Hyperspectral Remote Sensing of the Amazon River Plume

Sivert Bakken1, Jianwei Wei2, Zhongping Lee3, Geir Johnsen4, Tor Arne Johansen1, Joseph Montoya5 and Ajit Subramaniam6, (1)Norwegian University of Science and Technology, Engineering Cybernetics, Trondheim, Norway, (2)University of Massachusetts, Boston, MA, United States, (3)Unv. Massachusetts Boston, Boston, MA, United States, (4)Norwegian University of Science and Technology, Trondheim, Norway, (5)School of Biological Sciences, Georgia Institute of Technology, Atlanta, GA, United States, (6)Columbia University, Lamont-Doherty Earth Observatory, Palisades, United States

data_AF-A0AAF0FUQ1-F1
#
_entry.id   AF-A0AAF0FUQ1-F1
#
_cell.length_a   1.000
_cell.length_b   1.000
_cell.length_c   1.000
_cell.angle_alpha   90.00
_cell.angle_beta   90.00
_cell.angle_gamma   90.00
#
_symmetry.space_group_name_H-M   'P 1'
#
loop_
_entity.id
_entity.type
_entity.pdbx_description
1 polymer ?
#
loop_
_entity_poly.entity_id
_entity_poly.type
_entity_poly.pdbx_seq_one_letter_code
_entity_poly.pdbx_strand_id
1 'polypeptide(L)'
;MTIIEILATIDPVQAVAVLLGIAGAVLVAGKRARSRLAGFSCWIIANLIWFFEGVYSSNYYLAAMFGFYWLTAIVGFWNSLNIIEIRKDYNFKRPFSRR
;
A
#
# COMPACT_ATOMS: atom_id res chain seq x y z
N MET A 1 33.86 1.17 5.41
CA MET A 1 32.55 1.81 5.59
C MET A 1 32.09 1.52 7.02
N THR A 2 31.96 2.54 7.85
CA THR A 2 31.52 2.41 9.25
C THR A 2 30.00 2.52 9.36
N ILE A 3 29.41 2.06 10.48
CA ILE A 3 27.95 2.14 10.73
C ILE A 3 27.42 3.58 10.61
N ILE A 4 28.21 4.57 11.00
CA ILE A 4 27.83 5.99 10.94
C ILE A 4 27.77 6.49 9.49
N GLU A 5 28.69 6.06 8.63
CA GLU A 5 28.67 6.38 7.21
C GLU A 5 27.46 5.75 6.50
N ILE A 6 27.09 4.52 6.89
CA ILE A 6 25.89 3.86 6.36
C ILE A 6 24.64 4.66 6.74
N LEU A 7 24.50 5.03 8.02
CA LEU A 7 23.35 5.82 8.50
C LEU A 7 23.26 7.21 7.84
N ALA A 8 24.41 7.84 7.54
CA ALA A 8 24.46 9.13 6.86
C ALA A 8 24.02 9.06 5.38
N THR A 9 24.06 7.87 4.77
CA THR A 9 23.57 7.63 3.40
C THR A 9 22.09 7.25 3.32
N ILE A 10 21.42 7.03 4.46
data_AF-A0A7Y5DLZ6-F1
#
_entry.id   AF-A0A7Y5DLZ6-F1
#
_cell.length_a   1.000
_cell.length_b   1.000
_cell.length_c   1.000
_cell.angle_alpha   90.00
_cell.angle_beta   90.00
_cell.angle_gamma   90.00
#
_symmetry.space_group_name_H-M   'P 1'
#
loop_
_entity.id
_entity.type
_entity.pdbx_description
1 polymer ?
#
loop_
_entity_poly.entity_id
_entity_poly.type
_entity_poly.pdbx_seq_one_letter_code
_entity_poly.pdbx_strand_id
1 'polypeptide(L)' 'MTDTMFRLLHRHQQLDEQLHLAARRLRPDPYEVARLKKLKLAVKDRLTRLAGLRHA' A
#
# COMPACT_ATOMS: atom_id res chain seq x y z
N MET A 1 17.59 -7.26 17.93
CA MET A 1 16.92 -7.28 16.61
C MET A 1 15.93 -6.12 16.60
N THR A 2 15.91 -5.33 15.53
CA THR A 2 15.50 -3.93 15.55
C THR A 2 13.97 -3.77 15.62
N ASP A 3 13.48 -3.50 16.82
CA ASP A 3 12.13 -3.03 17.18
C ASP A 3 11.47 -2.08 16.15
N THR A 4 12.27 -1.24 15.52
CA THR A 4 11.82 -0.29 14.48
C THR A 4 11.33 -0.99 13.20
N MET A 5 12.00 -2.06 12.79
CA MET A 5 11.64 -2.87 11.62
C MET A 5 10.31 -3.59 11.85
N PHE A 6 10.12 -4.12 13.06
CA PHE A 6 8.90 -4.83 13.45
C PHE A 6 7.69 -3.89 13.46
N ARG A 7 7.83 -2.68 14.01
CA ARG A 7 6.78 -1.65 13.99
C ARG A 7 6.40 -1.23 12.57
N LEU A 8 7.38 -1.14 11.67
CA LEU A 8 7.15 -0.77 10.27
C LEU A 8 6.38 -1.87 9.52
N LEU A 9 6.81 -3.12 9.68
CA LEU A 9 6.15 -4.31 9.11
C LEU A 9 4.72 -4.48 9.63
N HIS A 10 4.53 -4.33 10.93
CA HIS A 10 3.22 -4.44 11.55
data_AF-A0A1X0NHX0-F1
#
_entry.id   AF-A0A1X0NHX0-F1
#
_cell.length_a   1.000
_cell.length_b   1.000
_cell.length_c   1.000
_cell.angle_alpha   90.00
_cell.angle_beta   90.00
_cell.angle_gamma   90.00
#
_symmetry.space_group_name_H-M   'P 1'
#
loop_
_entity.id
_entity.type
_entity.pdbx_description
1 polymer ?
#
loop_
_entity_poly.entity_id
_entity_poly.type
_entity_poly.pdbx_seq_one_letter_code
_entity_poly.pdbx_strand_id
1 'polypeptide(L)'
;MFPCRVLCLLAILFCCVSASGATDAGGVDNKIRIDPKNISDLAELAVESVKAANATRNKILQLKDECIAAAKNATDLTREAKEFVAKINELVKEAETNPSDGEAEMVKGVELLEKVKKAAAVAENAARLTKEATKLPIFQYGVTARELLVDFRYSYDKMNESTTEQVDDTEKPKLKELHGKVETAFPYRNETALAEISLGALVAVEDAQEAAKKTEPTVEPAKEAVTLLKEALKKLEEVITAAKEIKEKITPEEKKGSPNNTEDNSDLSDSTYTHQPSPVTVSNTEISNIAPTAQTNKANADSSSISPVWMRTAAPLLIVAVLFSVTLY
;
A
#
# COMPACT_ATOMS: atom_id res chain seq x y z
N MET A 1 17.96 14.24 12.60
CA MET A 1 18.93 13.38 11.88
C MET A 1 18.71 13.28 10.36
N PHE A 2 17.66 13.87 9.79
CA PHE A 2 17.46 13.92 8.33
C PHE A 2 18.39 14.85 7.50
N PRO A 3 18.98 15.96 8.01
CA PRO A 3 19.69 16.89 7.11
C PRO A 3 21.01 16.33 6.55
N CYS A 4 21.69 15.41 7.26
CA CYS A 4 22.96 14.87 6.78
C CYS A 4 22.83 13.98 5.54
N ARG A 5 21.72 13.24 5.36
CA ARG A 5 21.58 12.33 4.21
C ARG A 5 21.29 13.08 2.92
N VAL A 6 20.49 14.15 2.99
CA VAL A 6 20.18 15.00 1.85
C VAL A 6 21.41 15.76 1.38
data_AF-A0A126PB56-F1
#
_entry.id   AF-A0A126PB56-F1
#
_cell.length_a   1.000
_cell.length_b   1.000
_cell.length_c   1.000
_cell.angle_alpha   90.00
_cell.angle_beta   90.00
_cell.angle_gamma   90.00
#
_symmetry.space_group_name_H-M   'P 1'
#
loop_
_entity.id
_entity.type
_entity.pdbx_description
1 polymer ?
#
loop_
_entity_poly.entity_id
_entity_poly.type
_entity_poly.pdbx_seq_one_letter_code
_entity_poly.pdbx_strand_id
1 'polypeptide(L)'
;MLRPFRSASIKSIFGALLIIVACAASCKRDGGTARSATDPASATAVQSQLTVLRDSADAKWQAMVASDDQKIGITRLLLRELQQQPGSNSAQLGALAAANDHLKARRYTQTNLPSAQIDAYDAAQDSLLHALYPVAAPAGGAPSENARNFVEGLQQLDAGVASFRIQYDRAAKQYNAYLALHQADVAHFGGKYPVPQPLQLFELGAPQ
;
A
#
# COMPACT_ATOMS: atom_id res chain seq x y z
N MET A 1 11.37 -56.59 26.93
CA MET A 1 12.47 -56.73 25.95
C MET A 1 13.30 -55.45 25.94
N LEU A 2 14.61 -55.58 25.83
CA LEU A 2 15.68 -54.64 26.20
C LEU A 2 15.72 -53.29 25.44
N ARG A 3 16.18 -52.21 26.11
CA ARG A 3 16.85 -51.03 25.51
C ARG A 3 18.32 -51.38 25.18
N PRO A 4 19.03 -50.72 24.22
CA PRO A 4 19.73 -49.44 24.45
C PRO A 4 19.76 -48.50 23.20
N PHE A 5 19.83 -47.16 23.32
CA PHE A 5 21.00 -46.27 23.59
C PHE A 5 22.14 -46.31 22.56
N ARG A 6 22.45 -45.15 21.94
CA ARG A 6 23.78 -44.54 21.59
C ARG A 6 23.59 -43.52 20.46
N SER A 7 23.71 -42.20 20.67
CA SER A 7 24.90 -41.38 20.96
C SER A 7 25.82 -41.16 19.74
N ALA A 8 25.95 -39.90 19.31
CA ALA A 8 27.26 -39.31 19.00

The Amazon River is the largest river in the world and discharges more than 200,000 m3 s-1 into the Western Tropical North Atlantic Ocean. At its peak, the low salinity plume extends more than 2000 km from the mouth and overs an area greater than 1 million square kilometers. Hyperspectral remote sensing measurements of downwelling irradiance and water-leaving radiance using the Sky Blocked Approach (SBA) were made in the Amazon River plume and surrounding oceanic waters during a field survey in May 2019. These measurements were quality controlled using a tilt filter to remove measurements that exceed a 5 degree tilt threshold from nadir and an outlier filter that removed artifacts such as the cone of the SBA being completely out of water or submerged. Over 4000 measurements were acquired at each station and the rigorous quality control resulted in about 1% of these measurements to be used for subsequent analysis. The particulate and dissolved absorption spectra and HPLC diagnostic pigments were also measured at the same locations. The Quasi-Analytical Algorithm and OC4 with SeaWiFS coefficients were used to derive bio-optical parameters. Comparison with results derived from the spectra and in situ measurements of particulate absorption, colored dissolved organic matter and diagnostics phytoplankton pigments is presented.